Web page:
Interventional Cardiology

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Interventional Cardiology

Last updated: 4/09/2020

Cardiovascular diseases are the leading cause of death in industrialized countries, both in men and women. The majority of cardiovascular deaths are due to atherosclerosis of the coronary arteries narrowing or occluding the lumen of these vessels. Until 1977, only "bridging" allowed revascularization of the heart muscle, but at the cost of heavy surgery.


Diagnostic Tests


Several "non-invasive" tests can be used to detect coronary artery disease (cardiac scan) or to evaluate its functional impact (stress test, stress echocardiography, myocardial scintigraphy, cardiac magnetic resonance imaging).

However, only coronary angiography makes it possible to specify with certainty the existence and extent of coronary disease and to decide on the treatment, each specific situation being discussed between the medical team and the patient. Most often percutaneous coronary intervention is performed in the same session.


Coronary Angiography


Coronary angiography is a radiological examination of the coronary arteries.

A very small tube (catheter) is introduced into a peripheral artery. The end of the tube is positioned at the origin of the arteries irrigating the heart and a special liquid (contrast product) is injected. This liquid is visible on X-rays.

At Aboujaoudé Hospital, the vast majority of diagnostic coronary angiography is performed radially, which allows the patient to be immediately lifted and returned home the same day.


Percutaneous Coronary Intervention


Currently, the majority of coronary angiography leads to percutaneous coronary intervention, also known as angioplasty or coronary dilation. Percutaneous coronary intervention is a very effective treatment of coronary disease. More than one million percutaneous coronary interventions are performed annually worldwide. Percutaneous coronary intervention is an intervention using catheters and performed by an interventional cardiologist to restore blood flow through a narrowed or occluded coronary artery. It is for many years the most used myocardial revascularization technique. It is less aggressive, less costly and quicker to perform than bridging surgery, with the patient usually returning home the next day. Angioplasty is performed in a programmed manner to treat coronary artery disease, but also urgently to treat a myocardial infarction.


A thin tube, with a balloon at its extremity, is first advanced in an artery of the groin or wrist to the site of the narrowing or coronary occlusion. Once in place, the balloon is then inflated to push the plaque and the artery wall outward, enlarging the artery and restoring the blood flow. Then all the angioplasty equipment is removed.

In almost all cases today, a metal prosthesis, the stent, is also used, directly or after coronary angioplasty. Unlike the balloon, the expanded stent remains in place, serving as a permanent internal tutor to the newly enlarged artery.


Stents have led to the virtual disappearance of acute coronary angioplasty complications, in particular, acute coronary dissection occlusion, postoperative myocardial infarction and emergency coronary artery bypass surgery. They also halved recurrence (restenosis) and re-intervention within 6 to 12 months after angioplasty.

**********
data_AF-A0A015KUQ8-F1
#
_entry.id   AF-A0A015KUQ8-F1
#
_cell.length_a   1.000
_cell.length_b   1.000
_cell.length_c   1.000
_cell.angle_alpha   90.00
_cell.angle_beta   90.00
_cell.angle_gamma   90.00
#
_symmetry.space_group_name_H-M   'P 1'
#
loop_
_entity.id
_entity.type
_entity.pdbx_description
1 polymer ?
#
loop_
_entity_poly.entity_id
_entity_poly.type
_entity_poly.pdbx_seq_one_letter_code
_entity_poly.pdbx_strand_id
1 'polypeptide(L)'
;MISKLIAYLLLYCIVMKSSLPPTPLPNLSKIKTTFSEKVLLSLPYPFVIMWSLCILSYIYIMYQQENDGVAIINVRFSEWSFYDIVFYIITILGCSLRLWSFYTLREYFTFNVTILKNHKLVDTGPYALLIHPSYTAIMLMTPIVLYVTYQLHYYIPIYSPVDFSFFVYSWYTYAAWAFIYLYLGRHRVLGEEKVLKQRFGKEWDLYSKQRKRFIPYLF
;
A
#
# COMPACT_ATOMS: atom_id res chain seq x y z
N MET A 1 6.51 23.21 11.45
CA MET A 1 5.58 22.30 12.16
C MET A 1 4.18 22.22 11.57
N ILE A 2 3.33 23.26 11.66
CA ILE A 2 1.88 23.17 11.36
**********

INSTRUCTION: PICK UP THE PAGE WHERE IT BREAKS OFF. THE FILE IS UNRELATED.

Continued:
More recently, active drug release stents have become the most widely used stents around the world. These prostheses locally release a small amount of drug during the weeks following their implantation in order to prevent the growth of scar tissue inside the prosthesis and a new obstruction of the artery. Active stents again reduced the re-stenosis rate (re-obstruction) to 5%. These new stents require prolonged double antiplatelet therapy after surgery, usually for at least one year.


At Aboujaoudé Hospital, all techniques of percutaneous coronary intervention are available, in particular, the Japanese guides specific for chronic coronary occlusions, thrombo-aspirating catheters (in emergency myocardial infarction), the cutting balloon, Rotary atherectomy strains, and of course circulatory assistance by intra-aortic balloon counter-pulsation for cardiogenic shock states. These techniques now make it possible to address increasingly complex lesions (left coronary trunk, complex bifurcations, chronic occlusions, diffuse lesions, etc.).


At Aboujaoudé Hospital, the permanent presence of an anaesthesiologist-resuscitator administering conscious sedation avoids any pain or anxiety of the patient and allows the cardiologist to concentrate. 


Percutaneous intracardiac interventions

In hypertrophic cardiomyopathies, septal ablation by alcohol injection in septal arteries provides an excellent therapeutic alternative to surgical myectomy.

The percutaneous closure of the permeable foramen ovale or inter-auricular communication is a simple and effective treatment for the appropriate candidates.

Percutaneous aortic valve replacement is for the most common valvular heart disease. Currently reserved for patients with high surgical risk, it could quickly become the treatment of choice of aortic valvular stenosis of the elderly.

Finally, the percutaneous repair of the mitral valve is only in its infancy.

Peripheral vascular procedures and the thoracic and abdominal aorta

They are performed by the interventional vascular radiologists and the vascular surgeons of Aboujaoudé Hospital.


Peripheral vascular procedures and the thoracic and abdominal aorta


They are performed by the interventional vascular radiologists and the vascular surgeons of Aboujaoudé Hospital.




Created 12 years ago, Aboujaoudé Hospital Department of Interventional Cardiology allows patients with cardiovascular diseases to benefit from the most modern diagnostic and interventional invasive techniques.